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Purple Diamonds Wiki


Fancy Deep Purple DiamondDeep Purple Diamond

Colored diamonds are exceedingly difficult to come by, and can be found in a number of hues, some rarer than others. A very small percentage of the natural fancy diamonds mined each year are considered gem quality, meaning they are fit to be shaped and polished for sale. Of all the colors in the rainbow, one of the most difficult to find is the purple diamond.

This color has been long linked to royalty and honor, as years ago only kings could afford purple cloth, and the purple heart medal is given as a recognition of bravery for soldiers killed or wounded in battle. Considering these grandiose and luxurious associations, it's no surprise that purple diamonds are so sought after.

There are many other reasons why these gems have garnered much attention from collectors and investors, however.

Read on to discover the perplexing phenomenon that is purple diamonds.

Are Purple Diamonds Real?

It's difficult to believe that these stones are, in fact, a natural occurrence. While they are nearly impossible to find and therefore most don't know exist, purple diamonds are real.

It's important to note, though, that pure purple diamonds are exceedingly rare and are therefore practically priceless items to possess. These magnificent gems can be found in a range of shades, and the majority of them have secondary hues of pink, gray or brown.

Fancy Intense Pink Purple Diamond Intense Pink Purple Diamond
Fancy Dark Brown Purple Diamond Dark Brown Purple Diamond
Fancy Graying Pink Purple Diamond Graying Pink Purple Diamond

These modifying colors, particularly gray or brown, may lower the perceived quality of the gem and with it its price.

The color intensity levels for purple diamonds can range from light, fancy light, fancy, fancy dark, fancy intense, fancy vivid and fancy deep. The majority are on the lighter end of the spectrum, making those that exhibit a strong purple hue more rare, more valuable, more sought after and with those MUCH more expensive.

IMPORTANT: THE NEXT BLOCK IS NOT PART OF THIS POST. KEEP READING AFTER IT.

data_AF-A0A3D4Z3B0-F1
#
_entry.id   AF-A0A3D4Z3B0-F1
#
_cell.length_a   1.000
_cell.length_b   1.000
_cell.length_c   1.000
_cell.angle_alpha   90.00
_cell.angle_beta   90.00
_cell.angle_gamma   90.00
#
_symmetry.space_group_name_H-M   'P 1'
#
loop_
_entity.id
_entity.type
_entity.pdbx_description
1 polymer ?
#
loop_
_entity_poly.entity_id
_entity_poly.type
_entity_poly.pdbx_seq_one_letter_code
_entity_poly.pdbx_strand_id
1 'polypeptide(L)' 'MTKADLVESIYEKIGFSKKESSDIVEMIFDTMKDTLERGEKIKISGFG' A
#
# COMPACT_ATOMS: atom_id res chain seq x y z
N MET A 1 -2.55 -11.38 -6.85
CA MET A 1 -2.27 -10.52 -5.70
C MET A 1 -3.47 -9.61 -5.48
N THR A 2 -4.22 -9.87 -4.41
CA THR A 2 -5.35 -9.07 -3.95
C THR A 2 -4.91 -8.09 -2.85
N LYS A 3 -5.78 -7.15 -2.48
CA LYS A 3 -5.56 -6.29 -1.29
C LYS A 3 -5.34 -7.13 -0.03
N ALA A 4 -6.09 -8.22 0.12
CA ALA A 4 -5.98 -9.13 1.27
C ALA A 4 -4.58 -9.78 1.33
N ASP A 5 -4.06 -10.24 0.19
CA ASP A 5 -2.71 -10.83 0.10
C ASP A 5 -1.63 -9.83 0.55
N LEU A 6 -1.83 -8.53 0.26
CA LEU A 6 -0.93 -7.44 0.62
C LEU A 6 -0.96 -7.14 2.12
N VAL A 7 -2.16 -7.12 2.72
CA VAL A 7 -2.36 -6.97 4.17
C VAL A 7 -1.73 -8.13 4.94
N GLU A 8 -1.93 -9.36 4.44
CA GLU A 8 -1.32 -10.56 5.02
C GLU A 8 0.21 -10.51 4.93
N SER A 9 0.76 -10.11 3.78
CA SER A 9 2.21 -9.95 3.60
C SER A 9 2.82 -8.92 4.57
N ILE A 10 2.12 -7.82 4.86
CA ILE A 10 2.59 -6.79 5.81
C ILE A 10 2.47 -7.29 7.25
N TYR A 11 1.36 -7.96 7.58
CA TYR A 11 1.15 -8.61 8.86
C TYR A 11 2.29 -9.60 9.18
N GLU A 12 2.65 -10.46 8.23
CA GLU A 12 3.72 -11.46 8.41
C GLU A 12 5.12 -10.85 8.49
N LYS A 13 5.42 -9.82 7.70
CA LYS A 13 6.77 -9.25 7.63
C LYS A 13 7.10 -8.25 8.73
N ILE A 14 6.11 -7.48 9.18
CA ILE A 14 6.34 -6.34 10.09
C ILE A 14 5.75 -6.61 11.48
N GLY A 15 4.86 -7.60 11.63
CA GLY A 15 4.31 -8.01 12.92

As interest in purple diamonds has risen - but there are so few of them available on the market - some companies have created enhanced purple diamonds through various techniques, such as irradiation. Essentially, this sophisticated method involves artificially tinting the diamond within its structure. While they may boast a purple hue, their beauty and value cannot come close to a true natural fancy colored diamond.

This is why it's crucial to only invest in a purple diamond with a certificate from a reputable organization, like the Gemological Institute of America, which ensures its authenticity.

Experts can distinguish a true purple diamond from a treated one by examining the distribution of the color. Diamond Price Guru explained that natural purple diamonds will have concentrated color near the deformation lamellae, while treated stones show saturated color throughout.

Where do Purple Diamonds Come From?

Most purple diamonds are found in the Argyle Mine in Western Australia, but in recent years, some have been unearthed in other regions, like Siberia. According to Diamond Price Guru, though, natural purple diamonds only account for 1 percent of the gems mined in Siberia's Mir kimberlite field. The Israeli Diamond Institute reported that a 2008 discovery of 649 diamonds in Quebec's James Bay region revealed nine purple stones, suggesting that these gems may exist in more areas than previously thought.